Two months after Uganda’s President Yoweri Museveni signed the controversial Anti-Homosexuality Bill into law, the World Bank has announced suspension of funding to the East African nation.
The multilateral lender in a statement on Tuesday, August 8, noted that the law contradicts its values aimed at eradicating poverty and ensuring equal chances of succeeding in the world.
Accordingly, World Bank had established that there was a need for additional measures to ensure that all people stand to benefit from the projects it’s fianancing in Uganda.
Consequently, the World Bank announced that it would not approve any further public financing to Uganda until it adopts enough measures to ensure security and non-discrimination of minorities.
“No new public financing to Uganda will be presented to our Board of Executive Directors until the efficacy of the additional measures has been tested,” the statement read in part.
“Our goal is to protect sexual and gender minorities from discrimination and exclusion in the projects we finance.”
Third party monitoring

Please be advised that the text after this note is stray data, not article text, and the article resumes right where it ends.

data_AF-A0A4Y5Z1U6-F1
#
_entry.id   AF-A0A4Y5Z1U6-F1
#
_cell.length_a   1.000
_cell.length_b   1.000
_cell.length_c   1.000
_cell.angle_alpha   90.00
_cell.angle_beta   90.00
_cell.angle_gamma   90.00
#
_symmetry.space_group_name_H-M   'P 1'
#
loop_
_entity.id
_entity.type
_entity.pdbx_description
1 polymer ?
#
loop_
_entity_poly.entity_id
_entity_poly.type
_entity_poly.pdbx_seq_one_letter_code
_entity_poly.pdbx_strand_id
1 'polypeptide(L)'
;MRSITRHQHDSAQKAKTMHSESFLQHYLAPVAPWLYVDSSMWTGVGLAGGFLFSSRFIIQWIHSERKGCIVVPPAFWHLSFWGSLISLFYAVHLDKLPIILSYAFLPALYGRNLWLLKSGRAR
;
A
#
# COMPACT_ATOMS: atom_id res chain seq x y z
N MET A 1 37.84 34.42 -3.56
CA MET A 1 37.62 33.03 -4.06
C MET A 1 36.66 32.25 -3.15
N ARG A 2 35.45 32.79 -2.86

Furthermore, the Washington-based Bank affirmed that it would step up third-party monitoring and grievance redress mechanisms in efforts to ensure non-discrimination.
However, the institution assured that it would “remain committed to helping all Ugandans improve their lives and it was in continued engagement with Ugandan authorities to ensure that enough measures are taken to prevent discrimination of affected people in development.
The passage of the law drew widespread condemnation especially from Western powers and human rights activists.
For example, the US issued a travel advisory to its citizens warning them against the laws contained in the Act.
In addition, members of the US Congress pressured the World Bank to take action against Uganda for passing the ‘discriminatory’ law.